Standing behind a giant person at a concert is an old, analogue problem. Today’s audience angst comes largely from a blinding mass of giant phones. All around us undulates a constant sea of LCDs. Annoying! You can use your smartphone at a concert, but don’t be unbearable.
It’s simple to understand. The experience itself isn’t worth as much anymore — but the opportunity to take a blurry picture of a guy singing? Worth any ticket price. We all do it, because the experience of sharing stuff has begun to usurp the importance of doing stuff. We have no qualms about distracting ourselves and others from the actual live music in front of us if it means a decent YouTube upload or Facebook shot on the way home.
Let’s try to be better, people. A few things to consider:
You’re Probably Not Going To Get Any Good Pictures
Here’s the most important reality: Concerts are held in dark rooms with occasional pulses of extremely bright lights/lasers/smoke machines/flames/sequined dresses/etc. It’s almost as if camera manufacturers conspired to create some doomsday scenario for photography — these places couldn’t be any less ideal for photography. Especially if you’re using a phone.
Today’s phones take pretty stellar shots — enough to render the ol’ point and shoot useless. But your iPhone or Nexus is still stuck with a relatively dinky sensor and lens compared to cameras the pros use. In the low light of concert, you’re almost certain to get a picture that’s either blurry or noisy, and likely both. It won’t look like Katy Perry — it won’t look like much of anything.
Here’s a photo NYT photographer Robert Caplin shot when The-Dream performed in New York earlier this month.
Here’s a shot I took at the same concert with my iPhone. Of course, Caplin is a professional, and I’m not, but he was using a DSLR. A real camera. That makes all the difference.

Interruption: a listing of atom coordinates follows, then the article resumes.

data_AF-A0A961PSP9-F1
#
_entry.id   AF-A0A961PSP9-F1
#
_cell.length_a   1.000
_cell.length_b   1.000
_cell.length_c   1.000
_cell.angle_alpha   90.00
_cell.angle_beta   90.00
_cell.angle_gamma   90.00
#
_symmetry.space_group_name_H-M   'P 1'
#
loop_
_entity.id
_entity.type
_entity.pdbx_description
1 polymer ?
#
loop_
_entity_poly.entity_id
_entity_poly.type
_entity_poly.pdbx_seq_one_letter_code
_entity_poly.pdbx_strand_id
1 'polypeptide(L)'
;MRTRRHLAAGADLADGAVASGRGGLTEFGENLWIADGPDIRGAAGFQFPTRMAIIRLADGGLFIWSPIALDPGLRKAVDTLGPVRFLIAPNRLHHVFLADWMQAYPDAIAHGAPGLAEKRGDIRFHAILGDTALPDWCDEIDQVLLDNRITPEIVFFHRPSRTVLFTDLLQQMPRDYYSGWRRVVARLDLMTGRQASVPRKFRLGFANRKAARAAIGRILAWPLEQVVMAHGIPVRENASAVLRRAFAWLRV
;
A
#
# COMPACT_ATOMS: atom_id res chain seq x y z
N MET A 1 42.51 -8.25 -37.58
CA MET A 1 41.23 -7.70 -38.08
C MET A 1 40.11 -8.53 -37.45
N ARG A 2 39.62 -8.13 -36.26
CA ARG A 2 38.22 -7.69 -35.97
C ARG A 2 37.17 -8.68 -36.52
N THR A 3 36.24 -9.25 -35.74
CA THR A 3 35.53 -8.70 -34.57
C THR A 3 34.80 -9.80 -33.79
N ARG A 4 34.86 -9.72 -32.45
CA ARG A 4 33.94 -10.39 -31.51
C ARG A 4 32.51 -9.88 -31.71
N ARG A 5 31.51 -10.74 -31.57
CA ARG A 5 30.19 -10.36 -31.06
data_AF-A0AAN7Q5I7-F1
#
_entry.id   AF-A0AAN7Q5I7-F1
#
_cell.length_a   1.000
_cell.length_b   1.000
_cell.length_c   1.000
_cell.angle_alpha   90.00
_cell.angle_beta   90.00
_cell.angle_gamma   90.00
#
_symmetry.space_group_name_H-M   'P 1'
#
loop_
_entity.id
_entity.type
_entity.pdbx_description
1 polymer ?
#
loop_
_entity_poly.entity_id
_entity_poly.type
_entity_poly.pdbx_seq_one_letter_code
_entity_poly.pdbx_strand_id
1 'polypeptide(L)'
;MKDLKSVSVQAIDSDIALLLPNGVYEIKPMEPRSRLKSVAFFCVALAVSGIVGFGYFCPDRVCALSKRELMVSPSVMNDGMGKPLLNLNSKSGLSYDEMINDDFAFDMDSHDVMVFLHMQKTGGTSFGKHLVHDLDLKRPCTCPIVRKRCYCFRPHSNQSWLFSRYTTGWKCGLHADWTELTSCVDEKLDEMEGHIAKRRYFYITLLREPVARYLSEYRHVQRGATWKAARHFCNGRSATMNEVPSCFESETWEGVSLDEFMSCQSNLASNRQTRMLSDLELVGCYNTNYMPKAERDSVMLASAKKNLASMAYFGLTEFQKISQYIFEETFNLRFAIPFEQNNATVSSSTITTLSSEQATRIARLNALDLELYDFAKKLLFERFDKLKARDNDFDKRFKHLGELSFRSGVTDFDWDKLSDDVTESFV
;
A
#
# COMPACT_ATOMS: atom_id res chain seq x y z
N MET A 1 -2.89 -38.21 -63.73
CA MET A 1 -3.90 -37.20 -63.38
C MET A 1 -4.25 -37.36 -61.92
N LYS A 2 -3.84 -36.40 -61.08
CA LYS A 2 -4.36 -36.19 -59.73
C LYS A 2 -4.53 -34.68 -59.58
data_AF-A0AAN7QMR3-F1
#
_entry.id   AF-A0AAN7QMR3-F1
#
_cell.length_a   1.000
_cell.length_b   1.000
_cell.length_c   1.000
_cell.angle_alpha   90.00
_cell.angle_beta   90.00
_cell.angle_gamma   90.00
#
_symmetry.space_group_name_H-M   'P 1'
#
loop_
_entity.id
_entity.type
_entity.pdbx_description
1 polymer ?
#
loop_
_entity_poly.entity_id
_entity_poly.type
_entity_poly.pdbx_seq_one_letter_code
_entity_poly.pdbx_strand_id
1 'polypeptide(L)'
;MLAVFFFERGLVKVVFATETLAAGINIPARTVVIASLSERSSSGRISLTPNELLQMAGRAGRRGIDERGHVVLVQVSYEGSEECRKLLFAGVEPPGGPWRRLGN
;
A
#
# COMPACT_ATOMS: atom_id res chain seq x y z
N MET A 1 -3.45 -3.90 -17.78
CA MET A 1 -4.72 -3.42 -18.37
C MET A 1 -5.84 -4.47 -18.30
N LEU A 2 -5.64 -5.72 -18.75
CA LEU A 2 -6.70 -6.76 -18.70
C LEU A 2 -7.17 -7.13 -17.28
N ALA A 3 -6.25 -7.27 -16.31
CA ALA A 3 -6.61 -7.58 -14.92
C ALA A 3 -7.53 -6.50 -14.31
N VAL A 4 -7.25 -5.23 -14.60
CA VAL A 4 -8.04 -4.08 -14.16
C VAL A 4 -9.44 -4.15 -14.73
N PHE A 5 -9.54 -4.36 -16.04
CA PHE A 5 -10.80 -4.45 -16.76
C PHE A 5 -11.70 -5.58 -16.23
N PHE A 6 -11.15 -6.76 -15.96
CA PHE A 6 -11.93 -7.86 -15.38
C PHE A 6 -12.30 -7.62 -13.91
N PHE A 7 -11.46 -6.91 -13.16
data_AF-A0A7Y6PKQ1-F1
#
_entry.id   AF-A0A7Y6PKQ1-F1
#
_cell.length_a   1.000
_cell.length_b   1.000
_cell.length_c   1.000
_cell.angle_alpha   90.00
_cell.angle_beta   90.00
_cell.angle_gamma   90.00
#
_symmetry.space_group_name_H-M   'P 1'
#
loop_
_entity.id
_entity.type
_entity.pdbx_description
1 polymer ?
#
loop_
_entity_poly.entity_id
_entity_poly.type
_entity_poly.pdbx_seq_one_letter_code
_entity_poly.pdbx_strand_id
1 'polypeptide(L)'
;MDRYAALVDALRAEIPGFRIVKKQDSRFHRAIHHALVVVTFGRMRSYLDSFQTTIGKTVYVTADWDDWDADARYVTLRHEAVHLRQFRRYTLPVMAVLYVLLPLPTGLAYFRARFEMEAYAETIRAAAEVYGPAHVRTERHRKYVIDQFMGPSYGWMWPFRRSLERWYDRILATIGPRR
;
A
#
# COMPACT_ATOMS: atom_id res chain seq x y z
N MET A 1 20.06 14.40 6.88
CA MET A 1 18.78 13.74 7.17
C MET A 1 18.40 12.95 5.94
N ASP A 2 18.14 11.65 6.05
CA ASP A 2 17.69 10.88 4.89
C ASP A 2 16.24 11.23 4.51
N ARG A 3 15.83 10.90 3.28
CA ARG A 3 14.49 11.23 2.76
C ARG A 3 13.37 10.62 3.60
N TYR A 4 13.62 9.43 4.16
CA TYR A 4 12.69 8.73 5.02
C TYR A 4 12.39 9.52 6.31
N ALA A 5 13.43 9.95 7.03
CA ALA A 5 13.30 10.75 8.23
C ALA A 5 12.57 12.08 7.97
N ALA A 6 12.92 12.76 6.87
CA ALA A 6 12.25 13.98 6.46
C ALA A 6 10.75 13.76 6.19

But If You Absolutely Have To Take Pictures…
And who can blame you? It’s natural to want a digital memento. Stick to these rules:
- Wait for light. Give the camera a chance to make something that isn’t a smeary mess. Wait for a flare, or strobe, house lights, pyrotechnics, or something else to brighten the stage.
- Use both hands. Extra stability may be the difference between a waste and a winner.
- Skip the flash. You’re not close enough to the stage for it to make a difference, and you’ll just blind people around you.
- Shoot in bursts. Don’t peek at each picture you take. Just snap as many as you can in a row. Bump up your odds.
They probably won’t look or sound very good. But if you have your heart set, try to keep them short — a song, not an entire set. Odds are some other jerk is doing this exact thing, and it’ll on YouTube the next day. How about a nice, inconspicuous voice memo?
Don’t overshare. Your followers don’t need a constant social barrage of digitised concert documentation that probably sucks to begin with. You’re here to watch music, not talk about music. There’s plenty of time back home for that.
Don’t call a friend when a song you both like is on to hold the phone up so they can “listen with you”. They can’t hear jack and it just rubs in the fact that they’re missing the show.
Unless your family’s life is being threatened and the only way to guarantee their safety is to do bring an iPad to the concert, don’t bring an iPad to the concert.
User Manual is Gizmodo’s guide to etiquette. It appears as if by magic every Saturday.